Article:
(Editor’s Note: This guest commentary on the recent race-related violence in Charlottesville, Virginia, was written by Auxiliary Bishop Fernand J. Cheri III of New Orleans and provided to Catholic News Service.)
By Bishop Fernand J. Cheri III
Catholic News Service
For several years now, the Archdiocese of New Orleans has lifted this prayer at every eucharistic celebration:
“Loving and faithful God, through the years the people of our archdiocese have appreciated the prayers and love of Our Lady of Prompt Succor in times of war, disaster, epidemic and illness. We come to you, Father, with Mary our Mother, and ask you to help us in the battle of today against violence, murder and racism.”
Is it not amazing and appropriate that an archdiocese that knows full well the trauma of violence, murder and racism confesses our sinfulness in such an honest plea? The Archdiocese of New Orleans was born in the midst of these realities and yet for almost 300 years of its existence, it has stood tall by addressing these problems over and over again.
Sometimes it has been successful — despite those times when it has seemed to crumble in the midst of incredible turmoil, trials and tribulations. Nevertheless, the archdiocese keeps moving forward, striving to be a greater reflection of the risen Christ to all.
I am especially proud that I can say truthfully, “We may not be where we ought to be; we may not be where we are going to be, but thank God, we ain’t where we were.”
Through the years we have overcome Jim Crow laws in our churches; we have confronted segregation, moving to the integration of Catholic schools; we have succumbed to and still overcome the tyranny of “confederate mindsets”; and now, as we are perplexed by current events that have leaders of this country shamefaced and bewildered, the Archdiocese of New Orleans knows full well it cannot be silent. We must act.
Let us not forget in this archdiocese, through these overwhelming obstacles, Mother Henriette DeLille stood tall and against every imaginable obstacle founded the Sisters of the Holy Family, who celebrate 175 years of nursing and educational ministry.
Let us not forget in this archdiocese, through these devastating trials, St. Katharine Drexel stood tall and prophetically and stubbornly established Xavier University of Louisiana (the only black Catholic university in the United States), schools and parishes.
Let us not forget in this archdiocese, through these overpowering racial complications, we still have 23 predominantly black Catholic parishes and another 10 that are over 33 percent black Catholic.
Let us not forget in this archdiocese, through these crushing hurdles, there has been 51 years of black Catholic episcopal leadership, to whom I myself give proud testimony. There is a legacy to build upon and keep alive in the midst of struggle.
There are no words strong enough to express the horror of the recent events in Charlottesville, Virginia. There is no solace for the hatred that took the lives of nine black worshippers in the Charleston, South Carolina, church massacre. Leaders of the Black Lives Matter movement have made it clear that their movement is “a call to end violence, and that call to end violence was true two years ago, was true 10 days ago and is true today.” Of course, all lives matter; but if we were truly to comprehend the number of black males who die each day due to violence in this country — and our nation’s muted response to this abomination — an objective observer might assume that black lives matter less than other lives.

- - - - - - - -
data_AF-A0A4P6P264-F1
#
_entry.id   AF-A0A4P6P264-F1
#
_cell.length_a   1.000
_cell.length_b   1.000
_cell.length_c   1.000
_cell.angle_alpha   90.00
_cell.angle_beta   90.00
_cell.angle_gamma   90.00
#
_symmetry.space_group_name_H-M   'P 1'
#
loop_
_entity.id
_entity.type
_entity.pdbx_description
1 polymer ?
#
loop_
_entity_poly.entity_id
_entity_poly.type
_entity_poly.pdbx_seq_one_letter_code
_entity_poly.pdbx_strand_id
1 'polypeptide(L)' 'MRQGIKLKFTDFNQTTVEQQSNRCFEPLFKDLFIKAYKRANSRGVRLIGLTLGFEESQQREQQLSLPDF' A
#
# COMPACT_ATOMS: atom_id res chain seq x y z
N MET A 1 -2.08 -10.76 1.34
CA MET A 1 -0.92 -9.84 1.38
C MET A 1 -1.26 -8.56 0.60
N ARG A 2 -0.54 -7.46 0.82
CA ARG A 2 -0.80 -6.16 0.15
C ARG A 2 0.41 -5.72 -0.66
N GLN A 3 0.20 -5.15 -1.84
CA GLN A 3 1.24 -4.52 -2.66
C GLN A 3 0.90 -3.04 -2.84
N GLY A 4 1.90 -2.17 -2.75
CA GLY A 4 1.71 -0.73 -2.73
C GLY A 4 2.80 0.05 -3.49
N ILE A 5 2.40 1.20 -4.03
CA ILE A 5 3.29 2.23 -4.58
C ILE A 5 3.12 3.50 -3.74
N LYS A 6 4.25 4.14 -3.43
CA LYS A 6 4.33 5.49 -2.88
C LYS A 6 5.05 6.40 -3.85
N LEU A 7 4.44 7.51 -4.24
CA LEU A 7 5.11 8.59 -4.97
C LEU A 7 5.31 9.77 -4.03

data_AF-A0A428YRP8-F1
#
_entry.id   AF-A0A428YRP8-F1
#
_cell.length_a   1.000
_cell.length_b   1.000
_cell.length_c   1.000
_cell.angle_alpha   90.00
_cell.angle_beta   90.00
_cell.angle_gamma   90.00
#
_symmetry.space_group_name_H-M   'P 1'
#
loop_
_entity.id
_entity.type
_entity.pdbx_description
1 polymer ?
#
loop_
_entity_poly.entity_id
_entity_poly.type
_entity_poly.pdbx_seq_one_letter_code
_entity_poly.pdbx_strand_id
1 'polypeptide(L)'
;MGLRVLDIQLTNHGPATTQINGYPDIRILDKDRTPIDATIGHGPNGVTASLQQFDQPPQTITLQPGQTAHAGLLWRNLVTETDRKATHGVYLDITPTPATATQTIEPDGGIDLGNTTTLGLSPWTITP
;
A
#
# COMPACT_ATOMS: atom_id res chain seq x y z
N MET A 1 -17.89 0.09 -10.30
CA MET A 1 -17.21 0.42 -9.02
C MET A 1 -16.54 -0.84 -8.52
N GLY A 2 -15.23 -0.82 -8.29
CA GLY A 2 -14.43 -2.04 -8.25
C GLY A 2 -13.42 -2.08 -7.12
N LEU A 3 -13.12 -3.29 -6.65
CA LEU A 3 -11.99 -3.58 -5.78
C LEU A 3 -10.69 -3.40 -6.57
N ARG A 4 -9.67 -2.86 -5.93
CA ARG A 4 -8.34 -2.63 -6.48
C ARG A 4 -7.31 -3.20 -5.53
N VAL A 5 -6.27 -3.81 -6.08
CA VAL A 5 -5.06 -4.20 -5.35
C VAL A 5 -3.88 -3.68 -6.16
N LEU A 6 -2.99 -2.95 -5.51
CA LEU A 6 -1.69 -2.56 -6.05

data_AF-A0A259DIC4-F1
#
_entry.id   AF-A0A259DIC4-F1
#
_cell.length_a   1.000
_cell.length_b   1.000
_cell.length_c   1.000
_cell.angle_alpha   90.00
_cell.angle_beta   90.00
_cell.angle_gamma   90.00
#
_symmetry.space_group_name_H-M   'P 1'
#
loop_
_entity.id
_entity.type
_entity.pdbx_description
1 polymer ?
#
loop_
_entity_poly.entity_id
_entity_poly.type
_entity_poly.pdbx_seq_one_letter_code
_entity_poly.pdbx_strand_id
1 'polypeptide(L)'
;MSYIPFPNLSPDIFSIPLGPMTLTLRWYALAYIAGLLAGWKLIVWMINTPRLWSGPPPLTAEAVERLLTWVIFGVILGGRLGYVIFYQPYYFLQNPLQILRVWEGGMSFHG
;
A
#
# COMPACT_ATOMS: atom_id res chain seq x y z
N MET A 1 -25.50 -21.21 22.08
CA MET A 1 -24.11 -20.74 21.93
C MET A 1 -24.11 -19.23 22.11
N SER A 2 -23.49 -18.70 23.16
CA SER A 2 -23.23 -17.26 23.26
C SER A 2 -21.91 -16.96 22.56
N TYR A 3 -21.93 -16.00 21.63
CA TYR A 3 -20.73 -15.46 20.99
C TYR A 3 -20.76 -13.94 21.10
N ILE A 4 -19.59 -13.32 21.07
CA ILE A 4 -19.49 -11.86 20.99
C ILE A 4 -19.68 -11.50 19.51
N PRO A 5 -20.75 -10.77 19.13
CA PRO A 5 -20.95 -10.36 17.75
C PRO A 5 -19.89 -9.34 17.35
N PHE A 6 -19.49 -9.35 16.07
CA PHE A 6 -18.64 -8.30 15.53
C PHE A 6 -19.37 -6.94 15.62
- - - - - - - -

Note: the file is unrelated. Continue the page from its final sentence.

Catholic social teaching calls us all to work for the common good, help build a just society, uphold the dignity of human life and lift up our poor and vulnerable brothers and sisters.
Recently, I wrote this to the members of the Catholic Campus Ministry Association:
“Two things struck me as a charge for us today. When evil people plot, we must plan. It is imperative that those of us who work for the good continue to plan events — prayer services and alternative social justice actions. We must believe that our resolve to work for justice in our communities will bear much fruit for righteousness and truth.
“Second, Michelle Obama stated, ‘When they go low, we go high.’ As Jesus pointed out to his disciples that he came not to abolish the law, but to fulfill the law, we must look deeper into the laws and how they call us to fulfillment in Christ.
“We go high into how we must be in right relationship with our brothers and sisters. It is not enough to know the laws of the land, we must understand and push for how they call us into right relationship together. We go high when we pursue ways to build up the body of Christ, respecting the dignity and integrity of all people no matter their race, language or way of life. It is our charge to keep as true disciples of Jesus.”
Meanwhile, I will be encouraging black Catholics to address the phenomenon of internalized racism that plagues our efforts and our lives. I know that racism can seem to be overwhelming, but we must work step by step, and “wade in the water” wherever we find ourselves. I believe in the power of God that we have within each of us.
Therefore, we have to roll up our sleeves and be about the work before us. As St. Francis said to the brothers upon his death, “Let us begin brothers (and sisters), for up to now, we have done little or nothing.”